In simple terms communication can be defined as the transmission, receipt and the processing of information. This data consists of anything that has meaning or can evoke a response. It involves the transference of data or information from one entity or group to another. This information can range from anything trivia to the most complex forms of communication. Since the information takes a variety of forms including words, symbols, numbers, an individual concept, or a group of ideas combined, the recipient must be able to interpret or comprehend the meaning of the transmission.
On Monday’s post, we identified two levels of communication that exist in a business arena: (a) interpersonal communication – communication that takes place between individuals or from one individual to a small set of people; and (b) communication systems that provide methods and technologies to transmit data throughout the organization. In his book Management Communication, Donald Baack (2012) reveals that communication systems within an organization also include both intra (within) and inter (between) group dynamics as well as the most complex methods of moving information throughout the company (Baack, 2012). For example, interpersonal communication can occur between a supervisor and an employee; from employee to employee; or between a supervisor to a team of staff members. Communication systems, on the other hand, can occur between members of a team or group; between two or more groups; from management channels; as well from informal channels which include the gossip and rumor mills.
In the meantime, in today’s business arena, the use of modern technology has had both a positive and negative impact on organizational communication. In the e-book, Breaching Communication Barriers (2013), my research revealed that the positive aspect of communicating in the modern world is that there are many avenues available to us for sending messages due to advancements in technology. In today’s global marketplace, we can now transmit messages instantly, via email, voicemail, telephone, face-to-face, video mail, voice texting, via Skype technology, and text messaging. In the meantime, the negative impact these technological advances in communication have had is that individuals now rely heavily on the use of technology for communication which refrains them from engaging in real-time conversations. This component can distort transmission. Without the ability to engage in nonverbal cues like eye contact, body language, and facial expressions, messages transmitted more often than not are received distorted and lead to misunderstandings, bad feelings, and tend to create more conflicts where none existed. In other words as the means of transmitting messages continues to evolve, we must take more care to ensure messages are received as they were intended to be delivered, because without the use of nonverbal cues to provide critical information, messages can be interpreted incorrectly resulting in chaotic outcomes.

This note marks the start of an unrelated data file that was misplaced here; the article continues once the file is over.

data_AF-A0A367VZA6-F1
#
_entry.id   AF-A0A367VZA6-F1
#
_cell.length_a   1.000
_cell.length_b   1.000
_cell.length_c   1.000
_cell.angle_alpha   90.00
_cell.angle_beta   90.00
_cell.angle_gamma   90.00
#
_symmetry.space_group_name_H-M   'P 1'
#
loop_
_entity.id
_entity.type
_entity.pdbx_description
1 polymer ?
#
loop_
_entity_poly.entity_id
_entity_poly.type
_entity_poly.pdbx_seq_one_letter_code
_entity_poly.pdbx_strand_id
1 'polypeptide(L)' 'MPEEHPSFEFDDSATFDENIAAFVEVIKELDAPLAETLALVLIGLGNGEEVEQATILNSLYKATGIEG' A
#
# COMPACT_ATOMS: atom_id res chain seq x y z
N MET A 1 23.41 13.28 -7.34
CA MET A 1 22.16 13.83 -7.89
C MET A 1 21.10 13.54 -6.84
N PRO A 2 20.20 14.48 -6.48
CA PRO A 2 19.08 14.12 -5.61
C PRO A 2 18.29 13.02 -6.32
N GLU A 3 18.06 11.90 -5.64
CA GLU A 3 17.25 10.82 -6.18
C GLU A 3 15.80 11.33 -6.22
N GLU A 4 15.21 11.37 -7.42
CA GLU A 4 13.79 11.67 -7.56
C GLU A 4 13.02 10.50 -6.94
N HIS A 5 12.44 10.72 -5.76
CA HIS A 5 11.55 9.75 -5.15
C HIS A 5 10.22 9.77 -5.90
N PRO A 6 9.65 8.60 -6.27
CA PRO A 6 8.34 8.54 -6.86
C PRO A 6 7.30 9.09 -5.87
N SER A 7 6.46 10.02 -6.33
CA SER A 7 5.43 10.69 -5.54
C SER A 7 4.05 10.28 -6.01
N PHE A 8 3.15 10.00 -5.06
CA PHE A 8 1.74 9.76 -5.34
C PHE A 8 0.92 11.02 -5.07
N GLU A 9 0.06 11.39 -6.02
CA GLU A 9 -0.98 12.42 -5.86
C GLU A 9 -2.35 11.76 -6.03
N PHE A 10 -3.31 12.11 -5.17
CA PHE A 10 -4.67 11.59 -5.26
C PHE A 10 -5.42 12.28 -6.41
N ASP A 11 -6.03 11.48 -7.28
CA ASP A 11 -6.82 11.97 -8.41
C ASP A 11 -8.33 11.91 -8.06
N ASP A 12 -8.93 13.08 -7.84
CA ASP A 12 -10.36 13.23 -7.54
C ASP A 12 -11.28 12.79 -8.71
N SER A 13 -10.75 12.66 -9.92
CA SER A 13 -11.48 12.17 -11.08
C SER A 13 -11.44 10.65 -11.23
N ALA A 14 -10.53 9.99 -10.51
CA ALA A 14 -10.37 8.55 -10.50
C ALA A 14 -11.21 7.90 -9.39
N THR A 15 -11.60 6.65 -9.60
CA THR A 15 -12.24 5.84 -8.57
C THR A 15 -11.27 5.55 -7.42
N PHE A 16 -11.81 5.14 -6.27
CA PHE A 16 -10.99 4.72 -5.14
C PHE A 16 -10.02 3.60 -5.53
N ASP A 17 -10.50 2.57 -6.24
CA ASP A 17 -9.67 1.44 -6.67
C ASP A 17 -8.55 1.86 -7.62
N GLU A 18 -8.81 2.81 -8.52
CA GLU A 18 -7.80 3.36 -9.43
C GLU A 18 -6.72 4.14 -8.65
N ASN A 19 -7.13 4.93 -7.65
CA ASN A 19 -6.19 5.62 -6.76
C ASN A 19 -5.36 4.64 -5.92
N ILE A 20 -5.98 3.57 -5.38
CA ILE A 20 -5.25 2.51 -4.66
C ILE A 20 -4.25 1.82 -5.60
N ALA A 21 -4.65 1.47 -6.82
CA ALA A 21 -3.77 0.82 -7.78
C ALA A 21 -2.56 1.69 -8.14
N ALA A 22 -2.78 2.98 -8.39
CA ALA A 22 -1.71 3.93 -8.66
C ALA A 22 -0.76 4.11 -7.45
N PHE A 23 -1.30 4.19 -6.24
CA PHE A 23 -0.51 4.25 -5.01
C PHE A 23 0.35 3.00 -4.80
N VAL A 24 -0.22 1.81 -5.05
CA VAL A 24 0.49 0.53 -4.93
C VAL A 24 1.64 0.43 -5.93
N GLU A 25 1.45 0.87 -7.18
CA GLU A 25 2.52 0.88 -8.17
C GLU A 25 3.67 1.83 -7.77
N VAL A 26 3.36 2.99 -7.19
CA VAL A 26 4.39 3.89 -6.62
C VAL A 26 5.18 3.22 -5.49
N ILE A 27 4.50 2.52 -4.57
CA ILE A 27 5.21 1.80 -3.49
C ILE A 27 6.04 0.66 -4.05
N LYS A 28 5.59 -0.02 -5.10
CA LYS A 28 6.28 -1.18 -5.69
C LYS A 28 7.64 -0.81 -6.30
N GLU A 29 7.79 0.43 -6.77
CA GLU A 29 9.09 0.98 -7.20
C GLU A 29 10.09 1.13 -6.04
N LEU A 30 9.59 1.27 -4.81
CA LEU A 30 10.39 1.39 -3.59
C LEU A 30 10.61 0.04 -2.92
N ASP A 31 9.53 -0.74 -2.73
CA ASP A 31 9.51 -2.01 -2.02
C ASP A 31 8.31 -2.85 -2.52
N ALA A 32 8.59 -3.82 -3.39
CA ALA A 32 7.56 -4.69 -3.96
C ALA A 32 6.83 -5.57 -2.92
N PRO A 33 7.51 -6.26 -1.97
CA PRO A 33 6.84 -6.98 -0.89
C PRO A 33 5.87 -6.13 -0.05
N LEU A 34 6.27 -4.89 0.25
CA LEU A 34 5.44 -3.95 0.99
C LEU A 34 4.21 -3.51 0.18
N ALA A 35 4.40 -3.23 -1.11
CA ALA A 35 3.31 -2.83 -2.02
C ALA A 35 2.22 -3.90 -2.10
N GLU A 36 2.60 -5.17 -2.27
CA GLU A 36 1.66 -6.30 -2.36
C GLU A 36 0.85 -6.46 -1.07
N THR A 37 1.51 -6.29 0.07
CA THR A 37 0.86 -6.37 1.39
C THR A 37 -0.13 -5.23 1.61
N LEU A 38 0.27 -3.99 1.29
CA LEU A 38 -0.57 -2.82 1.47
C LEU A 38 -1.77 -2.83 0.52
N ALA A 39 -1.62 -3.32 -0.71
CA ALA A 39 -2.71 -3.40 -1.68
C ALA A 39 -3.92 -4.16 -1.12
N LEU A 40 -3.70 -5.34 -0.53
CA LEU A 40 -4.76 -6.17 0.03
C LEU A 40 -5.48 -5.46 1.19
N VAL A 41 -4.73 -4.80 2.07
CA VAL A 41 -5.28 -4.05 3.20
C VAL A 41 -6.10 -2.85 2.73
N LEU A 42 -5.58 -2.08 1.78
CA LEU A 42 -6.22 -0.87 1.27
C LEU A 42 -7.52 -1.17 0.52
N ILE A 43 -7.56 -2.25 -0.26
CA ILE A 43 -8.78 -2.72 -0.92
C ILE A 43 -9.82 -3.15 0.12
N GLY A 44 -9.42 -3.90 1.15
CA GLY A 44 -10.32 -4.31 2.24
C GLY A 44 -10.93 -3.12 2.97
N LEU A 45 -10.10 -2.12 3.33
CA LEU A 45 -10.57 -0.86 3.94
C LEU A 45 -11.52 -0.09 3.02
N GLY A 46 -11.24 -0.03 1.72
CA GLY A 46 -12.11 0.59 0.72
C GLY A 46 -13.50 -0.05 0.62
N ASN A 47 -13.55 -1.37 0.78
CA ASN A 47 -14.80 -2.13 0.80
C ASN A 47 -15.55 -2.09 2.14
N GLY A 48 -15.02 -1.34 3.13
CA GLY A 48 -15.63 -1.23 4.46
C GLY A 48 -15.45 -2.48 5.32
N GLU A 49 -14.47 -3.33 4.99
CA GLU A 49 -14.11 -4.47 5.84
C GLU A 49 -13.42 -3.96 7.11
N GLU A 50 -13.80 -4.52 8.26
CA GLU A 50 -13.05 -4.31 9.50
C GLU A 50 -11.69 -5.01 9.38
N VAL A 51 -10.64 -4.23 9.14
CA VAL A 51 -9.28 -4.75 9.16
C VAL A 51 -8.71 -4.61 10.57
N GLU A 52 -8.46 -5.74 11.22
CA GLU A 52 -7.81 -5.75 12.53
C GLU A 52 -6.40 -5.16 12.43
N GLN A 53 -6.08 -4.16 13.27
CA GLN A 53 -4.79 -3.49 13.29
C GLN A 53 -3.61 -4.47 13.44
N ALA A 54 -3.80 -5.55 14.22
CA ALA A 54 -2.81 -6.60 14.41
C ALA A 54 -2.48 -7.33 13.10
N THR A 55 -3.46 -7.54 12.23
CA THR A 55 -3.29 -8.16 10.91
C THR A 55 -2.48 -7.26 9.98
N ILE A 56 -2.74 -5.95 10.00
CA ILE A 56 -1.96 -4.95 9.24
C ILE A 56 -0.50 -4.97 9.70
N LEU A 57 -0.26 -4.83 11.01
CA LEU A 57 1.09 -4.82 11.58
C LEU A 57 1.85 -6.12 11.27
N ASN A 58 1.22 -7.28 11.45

That’s it for today. We will continue this discussion on Friday’s post! Until then … stay organized!
Whatever words we utter should be chosen with care for people will hear them and be influenced by them for good or ill. – Buddha
For more information on Media Magic, our digital publications, or to purchase any of our accelerated learning Business Life titles, please visit:
Baack, D. (2012). Management Communication. San Diego, CA, USA: Bridgepoint Education.
Berry, M. A. (2013). Breaching Communication Barriers (Vol. 2). (C. Angela, Ed.) USA: Kindle Direct Publishing.